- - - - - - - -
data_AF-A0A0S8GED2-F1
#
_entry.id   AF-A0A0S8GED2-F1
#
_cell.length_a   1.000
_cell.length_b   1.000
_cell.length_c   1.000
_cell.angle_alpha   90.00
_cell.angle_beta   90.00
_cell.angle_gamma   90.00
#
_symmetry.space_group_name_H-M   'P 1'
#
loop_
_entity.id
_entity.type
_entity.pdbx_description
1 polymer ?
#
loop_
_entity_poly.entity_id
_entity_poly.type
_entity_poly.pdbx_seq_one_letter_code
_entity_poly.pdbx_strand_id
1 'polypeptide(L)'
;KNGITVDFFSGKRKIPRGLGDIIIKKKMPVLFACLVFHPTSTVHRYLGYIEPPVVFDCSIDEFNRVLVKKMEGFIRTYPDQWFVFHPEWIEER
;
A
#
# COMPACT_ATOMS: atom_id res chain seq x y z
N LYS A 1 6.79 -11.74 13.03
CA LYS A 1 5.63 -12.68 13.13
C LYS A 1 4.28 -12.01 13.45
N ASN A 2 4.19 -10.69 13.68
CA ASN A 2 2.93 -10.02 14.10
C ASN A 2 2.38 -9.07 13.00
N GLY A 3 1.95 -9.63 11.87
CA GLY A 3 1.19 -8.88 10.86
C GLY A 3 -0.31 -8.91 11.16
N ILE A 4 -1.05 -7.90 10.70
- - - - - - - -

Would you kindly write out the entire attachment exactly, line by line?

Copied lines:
data_AF-A0A0S8GED2-F1
#
_entry.id   AF-A0A0S8GED2-F1
#
_cell.length_a   1.000
_cell.length_b   1.000
_cell.length_c   1.000
_cell.angle_alpha   90.00
_cell.angle_beta   90.00
_cell.angle_gamma   90.00
#
_symmetry.space_group_name_H-M   'P 1'
#
loop_
_entity.id
_entity.type
_entity.pdbx_description
1 polymer ?
#
loop_
_entity_poly.entity_id
_entity_poly.type
_entity_poly.pdbx_seq_one_letter_code
_entity_poly.pdbx_strand_id
1 'polypeptide(L)'
;KNGITVDFFSGKRKIPRGLGDIIIKKKMPVLFACLVFHPTSTVHRYLGYIEPPVVFDCSIDEFNRVLVKKMEGFIRTYPDQWFVFHPEWIEER
;
A
#
# COMPACT_ATOMS: atom_id res chain seq x y z
N LYS A 1 6.79 -11.74 13.03
CA LYS A 1 5.63 -12.68 13.13
C LYS A 1 4.28 -12.01 13.45
N ASN A 2 4.19 -10.69 13.68
CA ASN A 2 2.93 -10.02 14.10
C ASN A 2 2.38 -9.07 13.00
N GLY A 3 1.95 -9.63 11.87
CA GLY A 3 1.19 -8.88 10.86
C GLY A 3 -0.31 -8.91 11.16
N ILE A 4 -1.05 -7.90 10.70